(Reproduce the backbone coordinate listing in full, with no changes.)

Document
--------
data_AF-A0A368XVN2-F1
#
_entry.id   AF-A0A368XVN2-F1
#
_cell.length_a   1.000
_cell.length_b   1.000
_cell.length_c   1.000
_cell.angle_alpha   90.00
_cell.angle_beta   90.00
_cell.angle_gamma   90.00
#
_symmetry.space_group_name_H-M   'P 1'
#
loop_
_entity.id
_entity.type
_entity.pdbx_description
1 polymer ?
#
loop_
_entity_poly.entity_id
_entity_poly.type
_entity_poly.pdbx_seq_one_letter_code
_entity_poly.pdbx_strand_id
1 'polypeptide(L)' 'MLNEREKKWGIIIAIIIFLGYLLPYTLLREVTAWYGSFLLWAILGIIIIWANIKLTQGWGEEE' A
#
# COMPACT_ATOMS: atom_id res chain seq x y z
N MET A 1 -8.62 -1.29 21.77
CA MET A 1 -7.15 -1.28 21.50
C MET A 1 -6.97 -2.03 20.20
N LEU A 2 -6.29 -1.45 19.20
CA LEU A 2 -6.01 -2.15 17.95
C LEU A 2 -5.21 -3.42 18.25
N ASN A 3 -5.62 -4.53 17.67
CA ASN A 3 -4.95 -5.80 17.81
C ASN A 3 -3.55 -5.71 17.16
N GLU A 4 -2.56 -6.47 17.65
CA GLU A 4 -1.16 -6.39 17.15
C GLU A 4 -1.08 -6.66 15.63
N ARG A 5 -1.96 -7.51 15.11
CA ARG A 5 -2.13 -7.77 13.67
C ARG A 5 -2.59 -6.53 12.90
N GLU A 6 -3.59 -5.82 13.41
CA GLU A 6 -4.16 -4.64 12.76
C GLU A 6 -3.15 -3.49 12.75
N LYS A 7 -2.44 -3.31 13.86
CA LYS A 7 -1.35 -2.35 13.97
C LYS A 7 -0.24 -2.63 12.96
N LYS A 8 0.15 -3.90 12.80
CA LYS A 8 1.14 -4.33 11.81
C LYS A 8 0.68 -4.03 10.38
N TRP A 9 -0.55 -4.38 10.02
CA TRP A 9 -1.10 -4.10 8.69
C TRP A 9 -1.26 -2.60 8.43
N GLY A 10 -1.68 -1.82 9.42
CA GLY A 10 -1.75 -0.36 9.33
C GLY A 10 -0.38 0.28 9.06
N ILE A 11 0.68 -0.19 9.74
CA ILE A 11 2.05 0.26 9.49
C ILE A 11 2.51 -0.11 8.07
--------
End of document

data_AF-A0A368XVN2-F1
#
_entry.id   AF-A0A368XVN2-F1
#
_cell.length_a   1.000
_cell.length_b   1.000
_cell.length_c   1.000
_cell.angle_alpha   90.00
_cell.angle_beta   90.00
_cell.angle_gamma   90.00
#
_symmetry.space_group_name_H-M   'P 1'
#
loop_
_entity.id
_entity.type
_entity.pdbx_description
1 polymer ?
#
loop_
_entity_poly.entity_id
_entity_poly.type
_entity_poly.pdbx_seq_one_letter_code
_entity_poly.pdbx_strand_id
1 'polypeptide(L)' 'MLNEREKKWGIIIAIIIFLGYLLPYTLLREVTAWYGSFLLWAILGIIIIWANIKLTQGWGEEE' A
#
# COMPACT_ATOMS: atom_id res chain seq x y z
N MET A 1 -8.62 -1.29 21.77
CA MET A 1 -7.15 -1.28 21.50
C MET A 1 -6.97 -2.03 20.20
N LEU A 2 -6.29 -1.45 19.20
CA LEU A 2 -6.01 -2.15 17.95
C LEU A 2 -5.21 -3.42 18.25
N ASN A 3 -5.62 -4.53 17.67
CA ASN A 3 -4.95 -5.80 17.81
C ASN A 3 -3.55 -5.71 17.16
N GLU A 4 -2.56 -6.47 17.65
CA GLU A 4 -1.16 -6.39 17.15
C GLU A 4 -1.08 -6.66 15.63
N ARG A 5 -1.96 -7.51 15.11
CA ARG A 5 -2.13 -7.77 13.67
C ARG A 5 -2.59 -6.53 12.90
N GLU A 6 -3.59 -5.82 13.41
CA GLU A 6 -4.16 -4.64 12.76
C GLU A 6 -3.15 -3.49 12.75
N LYS A 7 -2.44 -3.31 13.86
CA LYS A 7 -1.35 -2.35 13.97
C LYS A 7 -0.24 -2.63 12.96
N LYS A 8 0.15 -3.90 12.80
CA LYS A 8 1.14 -4.33 11.81
C LYS A 8 0.68 -4.03 10.38
N TRP A 9 -0.55 -4.38 10.02
CA TRP A 9 -1.10 -4.10 8.69
C TRP A 9 -1.26 -2.60 8.43
N GLY A 10 -1.68 -1.82 9.42
CA GLY A 10 -1.75 -0.36 9.33
C GLY A 10 -0.38 0.28 9.06
N ILE A 11 0.68 -0.19 9.74
CA ILE A 11 2.05 0.26 9.49
C ILE A 11 2.51 -0.11 8.07